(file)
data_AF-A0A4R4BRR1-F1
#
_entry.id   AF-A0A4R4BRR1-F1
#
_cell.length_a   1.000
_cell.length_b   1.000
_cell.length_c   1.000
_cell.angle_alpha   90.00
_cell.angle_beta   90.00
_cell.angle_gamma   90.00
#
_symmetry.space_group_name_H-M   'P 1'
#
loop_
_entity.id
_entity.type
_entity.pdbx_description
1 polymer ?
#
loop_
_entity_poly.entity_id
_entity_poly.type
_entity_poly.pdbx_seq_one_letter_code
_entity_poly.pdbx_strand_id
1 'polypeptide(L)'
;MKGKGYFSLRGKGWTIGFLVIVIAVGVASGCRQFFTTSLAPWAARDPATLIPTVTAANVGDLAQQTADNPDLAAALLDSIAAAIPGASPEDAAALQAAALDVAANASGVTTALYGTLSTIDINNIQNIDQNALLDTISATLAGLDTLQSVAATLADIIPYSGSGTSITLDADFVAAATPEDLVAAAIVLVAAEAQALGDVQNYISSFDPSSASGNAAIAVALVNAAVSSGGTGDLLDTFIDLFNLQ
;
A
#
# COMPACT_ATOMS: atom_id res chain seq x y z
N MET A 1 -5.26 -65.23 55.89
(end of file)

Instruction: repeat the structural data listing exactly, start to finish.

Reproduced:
data_AF-A0A4R4BRR1-F1
#
_entry.id   AF-A0A4R4BRR1-F1
#
_cell.length_a   1.000
_cell.length_b   1.000
_cell.length_c   1.000
_cell.angle_alpha   90.00
_cell.angle_beta   90.00
_cell.angle_gamma   90.00
#
_symmetry.space_group_name_H-M   'P 1'
#
loop_
_entity.id
_entity.type
_entity.pdbx_description
1 polymer ?
#
loop_
_entity_poly.entity_id
_entity_poly.type
_entity_poly.pdbx_seq_one_letter_code
_entity_poly.pdbx_strand_id
1 'polypeptide(L)'
;MKGKGYFSLRGKGWTIGFLVIVIAVGVASGCRQFFTTSLAPWAARDPATLIPTVTAANVGDLAQQTADNPDLAAALLDSIAAAIPGASPEDAAALQAAALDVAANASGVTTALYGTLSTIDINNIQNIDQNALLDTISATLAGLDTLQSVAATLADIIPYSGSGTSITLDADFVAAATPEDLVAAAIVLVAAEAQALGDVQNYISSFDPSSASGNAAIAVALVNAAVSSGGTGDLLDTFIDLFNLQ
;
A
#
# COMPACT_ATOMS: atom_id res chain seq x y z
N MET A 1 -5.26 -65.23 55.89